There’s no need to plan it all out, but we’ve provided a few recommended places to stop along the way, should you find yourself in any of these areas this fall. – Maria Wyllie

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Lodging:Yellowstone Valley Lodge

Located in the heart of Paradise Valley, Yellowstone Valley Lodge is a collection of ranch-style cabins and a fantastic farm-to-table restaurant. Located on the banks of the Yellowstone River with a backdrop of the stunning Absaroka Mountains, the lodge perfect for a fall vacation.

From there you can easily travel to Yellowstone National Park, the Gallatin National Forest, and many other jumping off points for outdoor fall adventures. With an expert fly-fishing outfitter, Montana Fly Fishing Guides, Yellowstone Valley Lodge can setup a remarkable fishing experience.

Be sure to visit the lodge’s Yellowstone Valley Grill, known to locals as the place to dine in the Paradise Valley and Livingston area. Specializing in locally sourced, farm-to-table cuisine, it is truly a dining experience not to be missed.

Plan your next fall getaway to Paradise Valley, and make the Yellowstone Valley Lodge your home away from home.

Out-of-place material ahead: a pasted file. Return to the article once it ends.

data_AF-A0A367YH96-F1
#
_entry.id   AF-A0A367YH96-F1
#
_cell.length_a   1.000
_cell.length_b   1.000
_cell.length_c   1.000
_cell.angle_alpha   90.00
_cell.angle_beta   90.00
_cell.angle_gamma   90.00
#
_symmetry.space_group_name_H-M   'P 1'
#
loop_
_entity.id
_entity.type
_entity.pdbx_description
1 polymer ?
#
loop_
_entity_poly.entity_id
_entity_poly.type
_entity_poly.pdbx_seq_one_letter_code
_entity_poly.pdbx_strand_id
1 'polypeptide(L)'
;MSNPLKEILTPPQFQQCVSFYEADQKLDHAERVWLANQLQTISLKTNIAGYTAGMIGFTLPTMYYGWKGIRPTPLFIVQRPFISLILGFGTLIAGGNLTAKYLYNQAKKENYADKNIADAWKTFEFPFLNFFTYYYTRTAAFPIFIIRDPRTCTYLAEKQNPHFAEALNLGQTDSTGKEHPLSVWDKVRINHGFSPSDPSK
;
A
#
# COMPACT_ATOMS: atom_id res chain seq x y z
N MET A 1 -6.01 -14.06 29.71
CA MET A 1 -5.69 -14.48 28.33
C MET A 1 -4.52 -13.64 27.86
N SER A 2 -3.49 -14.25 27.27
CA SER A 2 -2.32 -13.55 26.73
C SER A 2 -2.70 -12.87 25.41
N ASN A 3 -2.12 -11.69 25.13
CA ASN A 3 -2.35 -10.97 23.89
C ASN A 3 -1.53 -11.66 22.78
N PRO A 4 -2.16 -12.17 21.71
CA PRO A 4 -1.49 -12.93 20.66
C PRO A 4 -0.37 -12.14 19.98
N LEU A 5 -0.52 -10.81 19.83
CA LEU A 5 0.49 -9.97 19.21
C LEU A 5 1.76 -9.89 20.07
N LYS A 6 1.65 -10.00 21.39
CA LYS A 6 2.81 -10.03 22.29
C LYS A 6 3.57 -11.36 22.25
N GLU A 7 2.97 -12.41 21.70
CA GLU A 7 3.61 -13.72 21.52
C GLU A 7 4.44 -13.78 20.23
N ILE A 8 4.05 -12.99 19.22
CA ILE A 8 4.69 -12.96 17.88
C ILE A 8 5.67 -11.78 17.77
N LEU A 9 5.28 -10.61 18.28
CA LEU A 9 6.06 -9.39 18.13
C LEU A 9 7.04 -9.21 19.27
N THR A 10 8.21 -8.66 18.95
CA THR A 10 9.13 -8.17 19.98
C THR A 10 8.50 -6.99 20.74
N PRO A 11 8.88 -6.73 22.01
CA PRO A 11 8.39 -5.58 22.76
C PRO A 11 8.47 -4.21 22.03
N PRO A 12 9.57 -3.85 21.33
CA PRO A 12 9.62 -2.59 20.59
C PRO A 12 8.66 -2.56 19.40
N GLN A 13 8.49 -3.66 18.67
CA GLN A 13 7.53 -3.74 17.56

Music: Chico Hot Springs

The natural mineral hot springs at Chico Hot Springs Resort and Day Spa have been drawing visitors from around the region since the 1890s. In the early days, advertisements for Chico’s hot waters claimed curative powers for kidney troubles, blood disease and skin disorders. Most visitors today are attracted by a good soak after long adventures in Paradise Valley or nearby Yellowstone National Park.

Adjacent to the hot spring pools, the Chico Saloon is an ideal location to take in a show every Friday and Saturday night. With a hardwood dance floor, hearty bar fare and strong drinks – not to mention a relaxing soak just footsteps away – Chico is a great spot to heat up your fall nights in Paradise Valley.

Activity: The Boiling River

PHOTO BY MAX LOWE

PHOTO BY MAX LOWE

Located just a stone’s throw across the Montana border near the north entrance of Yellowstone National Park, the Boiling River offers a sublime soaking experience. Stone pools have been constructed where the 150-degree water from the Boiling River merges with cold water from the Gardner River, allowing you to move from hot to cold and back again.